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Bryce

Another What Is It?

5 posts in this topic

Hoping someone can explain the geology of this rock. It's about a 250 pound rock found near Randolf SE of the metro. We were hauling sand out of a pit and at the bottom of the pit, the loader would encounter limestone when this beauty popped up. To my knowledge, limetone is sedimentary rock. This sure appears to have been molten at one time.

DSCN0080.jpg

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I'm not a geologist, but it definitely look igneous. I took a Minnesota rock and minerals class in college and a very long time ago there was a lot of volcanic activity in the land that we now know as Minnesota. Most of the north shore rock was formed as a result of volcanic activity. Iron deposits are high from the iron-rich magma coming form deep within the earth settling near the surface. I suppose it's possible that some of that magma made its way down south. This is all according to my professor, he could've been full of it, too. he also said that the "mountains" we have up along the north shoe used to be as big as the rockies, but they've eroded down over millions of ears. It's apparently some of the oldest rock on the continent. Pretty cool!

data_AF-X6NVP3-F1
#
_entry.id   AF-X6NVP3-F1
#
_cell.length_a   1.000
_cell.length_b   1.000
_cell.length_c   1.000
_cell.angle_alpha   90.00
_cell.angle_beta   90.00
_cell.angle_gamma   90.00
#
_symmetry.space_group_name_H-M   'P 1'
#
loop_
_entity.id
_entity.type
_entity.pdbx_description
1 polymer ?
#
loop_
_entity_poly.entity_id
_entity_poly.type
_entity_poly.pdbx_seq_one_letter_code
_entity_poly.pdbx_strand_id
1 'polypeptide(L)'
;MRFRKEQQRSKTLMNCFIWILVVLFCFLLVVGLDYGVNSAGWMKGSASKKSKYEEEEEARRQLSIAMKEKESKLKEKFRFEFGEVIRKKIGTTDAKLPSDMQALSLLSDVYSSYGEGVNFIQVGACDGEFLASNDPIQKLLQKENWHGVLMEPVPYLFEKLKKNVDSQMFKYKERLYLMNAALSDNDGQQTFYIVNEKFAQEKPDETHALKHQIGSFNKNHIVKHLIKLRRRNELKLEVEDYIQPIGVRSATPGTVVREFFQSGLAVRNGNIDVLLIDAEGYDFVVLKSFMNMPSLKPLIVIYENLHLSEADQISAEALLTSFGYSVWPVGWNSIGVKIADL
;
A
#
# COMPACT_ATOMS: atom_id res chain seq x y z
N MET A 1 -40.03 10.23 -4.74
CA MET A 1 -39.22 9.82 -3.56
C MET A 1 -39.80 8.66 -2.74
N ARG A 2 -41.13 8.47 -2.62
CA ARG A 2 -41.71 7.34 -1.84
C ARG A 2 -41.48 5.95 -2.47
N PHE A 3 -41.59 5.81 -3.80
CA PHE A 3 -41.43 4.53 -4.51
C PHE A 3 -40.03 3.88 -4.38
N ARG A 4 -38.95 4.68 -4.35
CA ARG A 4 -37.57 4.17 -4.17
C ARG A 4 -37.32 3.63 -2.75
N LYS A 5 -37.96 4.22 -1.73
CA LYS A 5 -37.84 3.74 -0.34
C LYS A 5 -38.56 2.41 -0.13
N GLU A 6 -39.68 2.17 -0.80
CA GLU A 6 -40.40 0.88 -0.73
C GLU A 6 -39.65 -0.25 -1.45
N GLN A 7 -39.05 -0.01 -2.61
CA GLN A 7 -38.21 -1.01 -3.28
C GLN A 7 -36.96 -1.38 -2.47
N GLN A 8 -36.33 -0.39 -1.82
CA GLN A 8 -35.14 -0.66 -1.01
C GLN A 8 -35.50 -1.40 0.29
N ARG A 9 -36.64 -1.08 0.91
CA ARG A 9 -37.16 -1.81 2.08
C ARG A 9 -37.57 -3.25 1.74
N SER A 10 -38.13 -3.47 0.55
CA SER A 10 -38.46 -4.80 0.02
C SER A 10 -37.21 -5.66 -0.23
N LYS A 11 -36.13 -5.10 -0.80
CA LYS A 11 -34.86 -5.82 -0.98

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From what I can tell by the picture, it looks a lot like Basalt up by Taylors Falls, though the part that is lighter and smooth down in the lower middle area, appears to be flint like, if it is a little translucent...but I am no expert...

From a Websters Dictionary:

basalt n. black or dark gray rock, chiefly sodium or potasium alumino-silicates, with some iron, basic in character, supposed to constitute the bulk of the Earth beneath its solid crust, and found as intrusions at the surface in some places...

Well Randolf area must be some place...

Wikipedia gives a far more intricate and confusing explanation...

Check with others but if you are up in the Taylors Falls area stop in at the Northern part of the park...at the stoplight on Highway 8 take a right into the parking area, and look at the gray rock there and see if it looks similar enough...

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